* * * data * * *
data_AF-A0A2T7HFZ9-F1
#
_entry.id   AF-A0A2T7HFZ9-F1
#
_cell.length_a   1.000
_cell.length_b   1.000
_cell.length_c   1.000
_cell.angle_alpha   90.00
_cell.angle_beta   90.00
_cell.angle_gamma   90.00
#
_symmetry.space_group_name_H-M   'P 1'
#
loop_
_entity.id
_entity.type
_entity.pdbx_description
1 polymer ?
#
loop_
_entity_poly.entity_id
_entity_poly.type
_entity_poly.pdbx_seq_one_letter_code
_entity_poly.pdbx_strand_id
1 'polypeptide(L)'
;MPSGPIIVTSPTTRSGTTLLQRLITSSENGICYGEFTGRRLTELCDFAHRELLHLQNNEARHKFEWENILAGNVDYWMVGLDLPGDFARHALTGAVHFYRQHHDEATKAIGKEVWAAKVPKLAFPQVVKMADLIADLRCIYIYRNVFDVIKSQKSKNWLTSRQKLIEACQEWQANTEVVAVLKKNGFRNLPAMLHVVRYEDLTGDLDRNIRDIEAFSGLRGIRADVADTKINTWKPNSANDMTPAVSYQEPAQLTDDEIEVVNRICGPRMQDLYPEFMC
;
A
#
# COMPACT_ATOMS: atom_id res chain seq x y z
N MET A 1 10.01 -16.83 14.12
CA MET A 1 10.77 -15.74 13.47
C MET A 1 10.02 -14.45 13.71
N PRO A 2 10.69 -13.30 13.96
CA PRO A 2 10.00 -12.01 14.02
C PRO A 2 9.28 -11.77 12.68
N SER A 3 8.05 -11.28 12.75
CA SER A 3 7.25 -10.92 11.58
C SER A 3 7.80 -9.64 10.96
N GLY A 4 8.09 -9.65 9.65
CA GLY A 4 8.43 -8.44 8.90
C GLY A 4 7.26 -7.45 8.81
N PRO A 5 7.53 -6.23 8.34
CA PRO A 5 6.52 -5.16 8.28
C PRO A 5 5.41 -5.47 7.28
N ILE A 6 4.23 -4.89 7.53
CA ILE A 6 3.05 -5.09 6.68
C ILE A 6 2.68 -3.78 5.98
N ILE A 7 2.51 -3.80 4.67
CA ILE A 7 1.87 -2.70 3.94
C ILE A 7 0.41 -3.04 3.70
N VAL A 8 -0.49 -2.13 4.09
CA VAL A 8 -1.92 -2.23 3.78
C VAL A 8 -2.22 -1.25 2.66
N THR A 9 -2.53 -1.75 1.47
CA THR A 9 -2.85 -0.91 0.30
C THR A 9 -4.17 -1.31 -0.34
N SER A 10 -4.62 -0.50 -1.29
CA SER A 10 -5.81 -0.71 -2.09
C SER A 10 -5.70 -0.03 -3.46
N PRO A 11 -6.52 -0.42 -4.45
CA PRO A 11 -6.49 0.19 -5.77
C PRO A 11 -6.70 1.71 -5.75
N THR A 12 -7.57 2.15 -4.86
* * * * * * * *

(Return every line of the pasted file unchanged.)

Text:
data_AF-A0A2T7HFZ9-F1
#
_entry.id   AF-A0A2T7HFZ9-F1
#
_cell.length_a   1.000
_cell.length_b   1.000
_cell.length_c   1.000
_cell.angle_alpha   90.00
_cell.angle_beta   90.00
_cell.angle_gamma   90.00
#
_symmetry.space_group_name_H-M   'P 1'
#
loop_
_entity.id
_entity.type
_entity.pdbx_description
1 polymer ?
#
loop_
_entity_poly.entity_id
_entity_poly.type
_entity_poly.pdbx_seq_one_letter_code
_entity_poly.pdbx_strand_id
1 'polypeptide(L)'
;MPSGPIIVTSPTTRSGTTLLQRLITSSENGICYGEFTGRRLTELCDFAHRELLHLQNNEARHKFEWENILAGNVDYWMVGLDLPGDFARHALTGAVHFYRQHHDEATKAIGKEVWAAKVPKLAFPQVVKMADLIADLRCIYIYRNVFDVIKSQKSKNWLTSRQKLIEACQEWQANTEVVAVLKKNGFRNLPAMLHVVRYEDLTGDLDRNIRDIEAFSGLRGIRADVADTKINTWKPNSANDMTPAVSYQEPAQLTDDEIEVVNRICGPRMQDLYPEFMC
;
A
#
# COMPACT_ATOMS: atom_id res chain seq x y z
N MET A 1 10.01 -16.83 14.12
CA MET A 1 10.77 -15.74 13.47
C MET A 1 10.02 -14.45 13.71
N PRO A 2 10.69 -13.30 13.96
CA PRO A 2 10.00 -12.01 14.02
C PRO A 2 9.28 -11.77 12.68
N SER A 3 8.05 -11.28 12.75
CA SER A 3 7.25 -10.92 11.58
C SER A 3 7.80 -9.64 10.96
N GLY A 4 8.09 -9.65 9.65
CA GLY A 4 8.43 -8.44 8.90
C GLY A 4 7.26 -7.45 8.81
N PRO A 5 7.53 -6.23 8.34
CA PRO A 5 6.52 -5.16 8.28
C PRO A 5 5.41 -5.47 7.28
N ILE A 6 4.23 -4.89 7.53
CA ILE A 6 3.05 -5.09 6.68
C ILE A 6 2.68 -3.78 5.98
N ILE A 7 2.51 -3.80 4.67
CA ILE A 7 1.87 -2.70 3.94
C ILE A 7 0.41 -3.04 3.70
N VAL A 8 -0.49 -2.13 4.09
CA VAL A 8 -1.92 -2.23 3.78
C VAL A 8 -2.22 -1.25 2.66
N THR A 9 -2.53 -1.75 1.47
CA THR A 9 -2.85 -0.91 0.30
C THR A 9 -4.17 -1.31 -0.34
N SER A 10 -4.62 -0.50 -1.29
CA SER A 10 -5.81 -0.71 -2.09
C SER A 10 -5.70 -0.03 -3.46
N PRO A 11 -6.52 -0.42 -4.45
CA PRO A 11 -6.49 0.19 -5.77
C PRO A 11 -6.70 1.71 -5.75
N THR A 12 -7.57 2.15 -4.86